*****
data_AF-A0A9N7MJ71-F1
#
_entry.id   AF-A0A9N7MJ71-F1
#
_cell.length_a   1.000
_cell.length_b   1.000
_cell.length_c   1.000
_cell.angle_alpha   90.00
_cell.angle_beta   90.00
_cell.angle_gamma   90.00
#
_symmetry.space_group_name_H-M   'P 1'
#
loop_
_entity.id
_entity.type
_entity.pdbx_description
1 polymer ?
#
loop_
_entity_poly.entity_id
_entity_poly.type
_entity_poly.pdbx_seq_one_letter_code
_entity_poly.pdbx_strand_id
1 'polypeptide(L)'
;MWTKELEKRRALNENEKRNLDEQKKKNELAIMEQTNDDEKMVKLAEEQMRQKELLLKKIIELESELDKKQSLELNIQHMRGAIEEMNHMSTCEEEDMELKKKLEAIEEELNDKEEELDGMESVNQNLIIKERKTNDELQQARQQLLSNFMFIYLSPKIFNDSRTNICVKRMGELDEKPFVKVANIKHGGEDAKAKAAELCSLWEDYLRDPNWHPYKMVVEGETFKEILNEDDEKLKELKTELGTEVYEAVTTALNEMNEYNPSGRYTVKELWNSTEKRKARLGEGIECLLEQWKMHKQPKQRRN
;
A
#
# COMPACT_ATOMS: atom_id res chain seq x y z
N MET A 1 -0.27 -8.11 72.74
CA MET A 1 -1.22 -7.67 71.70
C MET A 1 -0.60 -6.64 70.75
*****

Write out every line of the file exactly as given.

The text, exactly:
data_AF-A0A9N7MJ71-F1
#
_entry.id   AF-A0A9N7MJ71-F1
#
_cell.length_a   1.000
_cell.length_b   1.000
_cell.length_c   1.000
_cell.angle_alpha   90.00
_cell.angle_beta   90.00
_cell.angle_gamma   90.00
#
_symmetry.space_group_name_H-M   'P 1'
#
loop_
_entity.id
_entity.type
_entity.pdbx_description
1 polymer ?
#
loop_
_entity_poly.entity_id
_entity_poly.type
_entity_poly.pdbx_seq_one_letter_code
_entity_poly.pdbx_strand_id
1 'polypeptide(L)'
;MWTKELEKRRALNENEKRNLDEQKKKNELAIMEQTNDDEKMVKLAEEQMRQKELLLKKIIELESELDKKQSLELNIQHMRGAIEEMNHMSTCEEEDMELKKKLEAIEEELNDKEEELDGMESVNQNLIIKERKTNDELQQARQQLLSNFMFIYLSPKIFNDSRTNICVKRMGELDEKPFVKVANIKHGGEDAKAKAAELCSLWEDYLRDPNWHPYKMVVEGETFKEILNEDDEKLKELKTELGTEVYEAVTTALNEMNEYNPSGRYTVKELWNSTEKRKARLGEGIECLLEQWKMHKQPKQRRN
;
A
#
# COMPACT_ATOMS: atom_id res chain seq x y z
N MET A 1 -0.27 -8.11 72.74
CA MET A 1 -1.22 -7.67 71.70
C MET A 1 -0.60 -6.64 70.75